We are searching data for your request:
Upon completion, a link will appear to access the found materials.
Shoulder dystocia is a birth complication that occurs when the baby's shoulders get stuck behind the mother's pubic bone during delivery. To put it in simple terms, the baby's head is delivered and the rest of the body is stuck, requiring expert intervention in order to safely deliver the rest of the body.
There is no known way to predict shoulder dystocia, although there are a few situations that slightly increase the risk that one could occur. Macrosomia babies, babies born at more than 8 pounds, 13 ounces, are at a slightly higher risk. Having gestational diabetes also puts you at a slightly higher risk.
In my case, I had no known risk factors and certainly did not expect any type of birth complication. It was scary!
Even though I was scared, in the end, labor and delivery with my daughter went so smoothly, I actually joke that I had a pain-free birth. Thankfully, the doctors at the teaching hospital where I gave birth were well trained in the McRoberts maneuver to relieve shoulder dystocia, and I am so grateful to them for knowing exactly what to do and when to do it.
After I pushed my daughter's head out, the resident delivering her paused, and then said, "I think it's a ... "
She trailed off.
Even in my drug-induced haze, I knew something was wrong. The lead doctor firmly encouraged the resident to call it, and with the words "it's a shoulder dystocia," the small space around my delivery bed seemed to instantly fill with people.
Like a well-rehearsed play, the resident counted "1, 2, 3!" and about seven different people did different things to my body at the same time to help release the baby's shoulders. Two people pushed my legs up to my chest, one used suprapubic pressure to try to release the baby's shoulder by external manipulation, and the resident reached in and physically tried to turn our daughter's body like a corkscrew.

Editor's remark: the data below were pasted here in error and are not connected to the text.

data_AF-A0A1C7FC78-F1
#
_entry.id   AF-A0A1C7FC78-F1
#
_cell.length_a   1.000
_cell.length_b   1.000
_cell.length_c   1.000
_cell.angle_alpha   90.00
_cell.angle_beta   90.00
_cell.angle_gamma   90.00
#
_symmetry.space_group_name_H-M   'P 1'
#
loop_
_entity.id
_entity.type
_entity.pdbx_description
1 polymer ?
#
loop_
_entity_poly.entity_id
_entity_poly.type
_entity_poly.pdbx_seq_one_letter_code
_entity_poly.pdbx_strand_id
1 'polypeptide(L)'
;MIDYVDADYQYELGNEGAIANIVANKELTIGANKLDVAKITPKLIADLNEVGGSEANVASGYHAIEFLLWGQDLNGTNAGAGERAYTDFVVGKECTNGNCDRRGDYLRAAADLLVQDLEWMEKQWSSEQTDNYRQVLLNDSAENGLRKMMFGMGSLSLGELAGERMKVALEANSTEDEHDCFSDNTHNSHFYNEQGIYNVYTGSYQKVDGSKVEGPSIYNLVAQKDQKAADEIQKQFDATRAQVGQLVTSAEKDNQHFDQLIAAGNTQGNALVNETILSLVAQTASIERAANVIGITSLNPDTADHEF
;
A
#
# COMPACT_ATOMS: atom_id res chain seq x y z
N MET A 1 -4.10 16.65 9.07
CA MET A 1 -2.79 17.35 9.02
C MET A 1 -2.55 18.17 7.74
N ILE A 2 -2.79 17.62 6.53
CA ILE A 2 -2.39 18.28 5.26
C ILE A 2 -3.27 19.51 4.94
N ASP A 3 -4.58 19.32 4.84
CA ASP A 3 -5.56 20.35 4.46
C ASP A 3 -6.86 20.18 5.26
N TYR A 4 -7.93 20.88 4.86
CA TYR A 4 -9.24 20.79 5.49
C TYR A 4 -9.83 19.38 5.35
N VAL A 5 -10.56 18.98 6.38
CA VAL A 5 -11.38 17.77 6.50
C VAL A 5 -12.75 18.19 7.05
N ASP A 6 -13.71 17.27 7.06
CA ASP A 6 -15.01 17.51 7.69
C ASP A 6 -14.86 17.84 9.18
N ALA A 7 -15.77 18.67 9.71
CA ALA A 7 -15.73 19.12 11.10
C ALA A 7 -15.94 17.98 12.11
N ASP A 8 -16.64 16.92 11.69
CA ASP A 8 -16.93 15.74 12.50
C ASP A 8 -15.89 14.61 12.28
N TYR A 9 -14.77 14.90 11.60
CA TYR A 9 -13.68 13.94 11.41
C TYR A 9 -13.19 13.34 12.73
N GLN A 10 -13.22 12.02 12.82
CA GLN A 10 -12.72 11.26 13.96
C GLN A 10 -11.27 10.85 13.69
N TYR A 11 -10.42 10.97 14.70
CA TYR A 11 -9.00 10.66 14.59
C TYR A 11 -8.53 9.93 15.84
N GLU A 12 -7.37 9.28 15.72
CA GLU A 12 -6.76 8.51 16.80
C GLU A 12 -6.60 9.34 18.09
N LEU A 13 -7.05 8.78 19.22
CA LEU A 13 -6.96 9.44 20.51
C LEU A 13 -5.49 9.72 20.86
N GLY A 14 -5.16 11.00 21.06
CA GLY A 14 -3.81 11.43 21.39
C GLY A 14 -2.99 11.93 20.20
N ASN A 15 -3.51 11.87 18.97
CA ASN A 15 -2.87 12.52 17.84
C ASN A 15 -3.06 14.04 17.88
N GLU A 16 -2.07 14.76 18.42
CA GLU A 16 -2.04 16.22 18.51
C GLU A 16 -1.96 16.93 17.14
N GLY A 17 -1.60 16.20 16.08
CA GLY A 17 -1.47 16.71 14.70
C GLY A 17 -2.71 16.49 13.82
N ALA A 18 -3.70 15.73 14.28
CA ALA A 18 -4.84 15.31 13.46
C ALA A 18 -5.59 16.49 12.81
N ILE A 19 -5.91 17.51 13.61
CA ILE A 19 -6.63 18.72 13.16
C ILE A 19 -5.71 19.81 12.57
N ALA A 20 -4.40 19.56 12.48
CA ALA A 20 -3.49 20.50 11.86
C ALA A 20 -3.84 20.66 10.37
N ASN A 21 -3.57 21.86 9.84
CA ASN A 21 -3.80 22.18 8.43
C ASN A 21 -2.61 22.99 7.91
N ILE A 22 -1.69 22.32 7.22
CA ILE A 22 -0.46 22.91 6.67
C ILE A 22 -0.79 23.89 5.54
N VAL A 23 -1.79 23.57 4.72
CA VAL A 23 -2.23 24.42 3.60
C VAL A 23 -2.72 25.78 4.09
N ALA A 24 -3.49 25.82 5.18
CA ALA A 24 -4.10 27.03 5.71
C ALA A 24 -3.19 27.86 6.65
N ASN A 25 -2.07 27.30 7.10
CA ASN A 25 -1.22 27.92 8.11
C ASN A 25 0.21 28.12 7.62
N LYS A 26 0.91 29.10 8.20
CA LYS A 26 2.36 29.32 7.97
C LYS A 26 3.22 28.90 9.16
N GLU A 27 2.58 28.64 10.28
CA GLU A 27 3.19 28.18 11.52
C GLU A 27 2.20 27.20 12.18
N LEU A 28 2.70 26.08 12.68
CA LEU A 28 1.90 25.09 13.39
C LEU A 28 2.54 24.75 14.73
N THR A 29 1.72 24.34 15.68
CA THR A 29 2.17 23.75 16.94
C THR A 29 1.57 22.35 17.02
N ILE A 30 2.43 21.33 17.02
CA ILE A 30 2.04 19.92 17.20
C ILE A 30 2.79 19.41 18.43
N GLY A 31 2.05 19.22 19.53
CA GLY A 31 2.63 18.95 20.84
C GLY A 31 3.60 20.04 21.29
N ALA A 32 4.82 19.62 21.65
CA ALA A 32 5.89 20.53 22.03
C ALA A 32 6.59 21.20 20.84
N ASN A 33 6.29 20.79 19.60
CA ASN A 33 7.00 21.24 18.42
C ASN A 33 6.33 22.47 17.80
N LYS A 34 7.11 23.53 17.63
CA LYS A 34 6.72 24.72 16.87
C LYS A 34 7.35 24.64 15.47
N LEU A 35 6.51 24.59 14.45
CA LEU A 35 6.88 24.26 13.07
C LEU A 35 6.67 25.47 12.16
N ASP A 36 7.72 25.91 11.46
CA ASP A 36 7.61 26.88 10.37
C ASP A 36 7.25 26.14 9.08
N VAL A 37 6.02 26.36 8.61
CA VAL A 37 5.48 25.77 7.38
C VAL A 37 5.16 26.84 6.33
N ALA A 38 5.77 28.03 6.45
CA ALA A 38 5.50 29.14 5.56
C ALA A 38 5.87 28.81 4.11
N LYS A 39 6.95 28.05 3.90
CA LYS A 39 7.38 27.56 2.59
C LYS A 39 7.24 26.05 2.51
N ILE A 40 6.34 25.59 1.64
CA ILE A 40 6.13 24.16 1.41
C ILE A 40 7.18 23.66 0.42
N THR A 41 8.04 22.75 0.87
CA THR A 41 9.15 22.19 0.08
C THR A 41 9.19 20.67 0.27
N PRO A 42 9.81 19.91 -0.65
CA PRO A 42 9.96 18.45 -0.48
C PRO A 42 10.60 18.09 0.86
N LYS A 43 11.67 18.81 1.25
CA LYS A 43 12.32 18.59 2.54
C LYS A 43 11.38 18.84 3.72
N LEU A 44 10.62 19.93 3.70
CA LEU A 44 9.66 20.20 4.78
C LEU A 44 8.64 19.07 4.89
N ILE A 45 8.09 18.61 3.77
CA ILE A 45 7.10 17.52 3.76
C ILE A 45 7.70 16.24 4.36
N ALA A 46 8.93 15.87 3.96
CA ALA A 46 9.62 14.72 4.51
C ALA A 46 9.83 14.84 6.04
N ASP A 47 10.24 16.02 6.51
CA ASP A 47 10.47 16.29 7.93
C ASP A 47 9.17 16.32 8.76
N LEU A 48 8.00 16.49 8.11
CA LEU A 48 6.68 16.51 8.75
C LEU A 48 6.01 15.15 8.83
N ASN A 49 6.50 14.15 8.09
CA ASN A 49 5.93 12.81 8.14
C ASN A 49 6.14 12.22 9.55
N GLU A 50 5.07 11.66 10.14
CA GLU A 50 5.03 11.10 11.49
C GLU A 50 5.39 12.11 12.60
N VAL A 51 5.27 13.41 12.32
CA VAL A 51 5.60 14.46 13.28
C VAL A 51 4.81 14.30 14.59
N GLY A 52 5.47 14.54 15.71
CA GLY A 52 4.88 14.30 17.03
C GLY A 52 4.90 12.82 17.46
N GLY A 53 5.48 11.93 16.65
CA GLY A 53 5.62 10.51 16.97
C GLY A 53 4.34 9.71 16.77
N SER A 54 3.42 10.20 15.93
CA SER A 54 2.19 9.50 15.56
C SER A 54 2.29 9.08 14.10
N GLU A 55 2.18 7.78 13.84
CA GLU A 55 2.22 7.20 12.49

While all this was happening, a nurse stood alongside with a timer, counting slowly, methodically, so everyone in the room knew exactly how many seconds had passed since "the shoulder" was called. I was told to push steadily and firmly, and within about 20 seconds, our daughter was born.
For days after her birth, every resident and doctor who entered our room discussed the possible problems our daughter could have as a result of the shoulder dystocia, the most common being a dislocated shoulder or broken clavicle. We were told to watch the movement of her left arm for a long time to be sure she was using it properly. Thankfully, she never had any issues and is perfectly healthy.
Oh, and she wasn't even a giant baby! That part surprised me, that she could still get stuck even though she wasn't too big. She was just exiting the wrong way, I guess.
In the end, I learned shoulder dystocia is a rare but real birth complication. Had our daughter been stuck in the birth canal for longer, she could have suffered irreparable injury, including brain damage.
Because that resident was well trained and the lead doctor was right next to her, they called it early. Because the hospital was well trained in the McRoberts maneuver, having practiced it hundreds if not thousands of times, everyone immediately knew where to go and what to do. We were able to safely deliver our daughter without issue, and I am so thankful for their expertise in that moment.
Opinions expressed by parent contributors are their own.